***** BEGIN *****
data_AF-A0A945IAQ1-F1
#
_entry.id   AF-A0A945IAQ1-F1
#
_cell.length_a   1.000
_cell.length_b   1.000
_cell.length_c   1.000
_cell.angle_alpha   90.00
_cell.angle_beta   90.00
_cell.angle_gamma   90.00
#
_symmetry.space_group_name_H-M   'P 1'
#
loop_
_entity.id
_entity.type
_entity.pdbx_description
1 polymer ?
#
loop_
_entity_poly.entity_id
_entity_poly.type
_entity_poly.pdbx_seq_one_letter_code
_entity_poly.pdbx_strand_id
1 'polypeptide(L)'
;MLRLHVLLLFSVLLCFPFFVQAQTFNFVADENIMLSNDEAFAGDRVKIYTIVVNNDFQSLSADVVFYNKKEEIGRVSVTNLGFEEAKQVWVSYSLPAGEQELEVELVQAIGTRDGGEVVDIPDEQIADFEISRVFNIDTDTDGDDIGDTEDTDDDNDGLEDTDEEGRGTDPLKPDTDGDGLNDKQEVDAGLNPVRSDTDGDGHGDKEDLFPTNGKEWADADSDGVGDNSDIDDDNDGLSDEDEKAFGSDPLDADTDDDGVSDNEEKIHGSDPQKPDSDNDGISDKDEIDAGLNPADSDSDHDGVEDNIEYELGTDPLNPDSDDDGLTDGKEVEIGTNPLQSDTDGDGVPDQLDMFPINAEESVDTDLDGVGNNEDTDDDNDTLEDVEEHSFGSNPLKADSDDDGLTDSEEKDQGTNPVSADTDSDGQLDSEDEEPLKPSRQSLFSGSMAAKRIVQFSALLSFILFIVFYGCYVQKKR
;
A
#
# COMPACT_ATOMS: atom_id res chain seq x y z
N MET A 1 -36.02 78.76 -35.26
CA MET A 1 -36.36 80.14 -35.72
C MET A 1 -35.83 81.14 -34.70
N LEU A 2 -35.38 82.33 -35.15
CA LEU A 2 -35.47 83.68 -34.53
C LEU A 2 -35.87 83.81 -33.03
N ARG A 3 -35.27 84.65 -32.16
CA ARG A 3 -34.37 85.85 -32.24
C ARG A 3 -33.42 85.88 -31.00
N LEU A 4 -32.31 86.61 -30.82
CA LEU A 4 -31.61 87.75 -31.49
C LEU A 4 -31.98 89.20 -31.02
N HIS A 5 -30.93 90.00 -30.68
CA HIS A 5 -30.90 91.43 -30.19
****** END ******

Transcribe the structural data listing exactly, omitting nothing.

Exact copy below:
data_AF-A0A945IAQ1-F1
#
_entry.id   AF-A0A945IAQ1-F1
#
_cell.length_a   1.000
_cell.length_b   1.000
_cell.length_c   1.000
_cell.angle_alpha   90.00
_cell.angle_beta   90.00
_cell.angle_gamma   90.00
#
_symmetry.space_group_name_H-M   'P 1'
#
loop_
_entity.id
_entity.type
_entity.pdbx_description
1 polymer ?
#
loop_
_entity_poly.entity_id
_entity_poly.type
_entity_poly.pdbx_seq_one_letter_code
_entity_poly.pdbx_strand_id
1 'polypeptide(L)'
;MLRLHVLLLFSVLLCFPFFVQAQTFNFVADENIMLSNDEAFAGDRVKIYTIVVNNDFQSLSADVVFYNKKEEIGRVSVTNLGFEEAKQVWVSYSLPAGEQELEVELVQAIGTRDGGEVVDIPDEQIADFEISRVFNIDTDTDGDDIGDTEDTDDDNDGLEDTDEEGRGTDPLKPDTDGDGLNDKQEVDAGLNPVRSDTDGDGHGDKEDLFPTNGKEWADADSDGVGDNSDIDDDNDGLSDEDEKAFGSDPLDADTDDDGVSDNEEKIHGSDPQKPDSDNDGISDKDEIDAGLNPADSDSDHDGVEDNIEYELGTDPLNPDSDDDGLTDGKEVEIGTNPLQSDTDGDGVPDQLDMFPINAEESVDTDLDGVGNNEDTDDDNDTLEDVEEHSFGSNPLKADSDDDGLTDSEEKDQGTNPVSADTDSDGQLDSEDEEPLKPSRQSLFSGSMAAKRIVQFSALLSFILFIVFYGCYVQKKR
;
A
#
# COMPACT_ATOMS: atom_id res chain seq x y z
N MET A 1 -36.02 78.76 -35.26
CA MET A 1 -36.36 80.14 -35.72
C MET A 1 -35.83 81.14 -34.70
N LEU A 2 -35.38 82.33 -35.15
CA LEU A 2 -35.47 83.68 -34.53
C LEU A 2 -35.87 83.81 -33.03
N ARG A 3 -35.27 84.65 -32.16
CA ARG A 3 -34.37 85.85 -32.24
C ARG A 3 -33.42 85.88 -31.00
N LEU A 4 -32.31 86.61 -30.82
CA LEU A 4 -31.61 87.75 -31.49
C LEU A 4 -31.98 89.20 -31.02
N HIS A 5 -30.93 90.00 -30.68
CA HIS A 5 -30.90 91.43 -30.19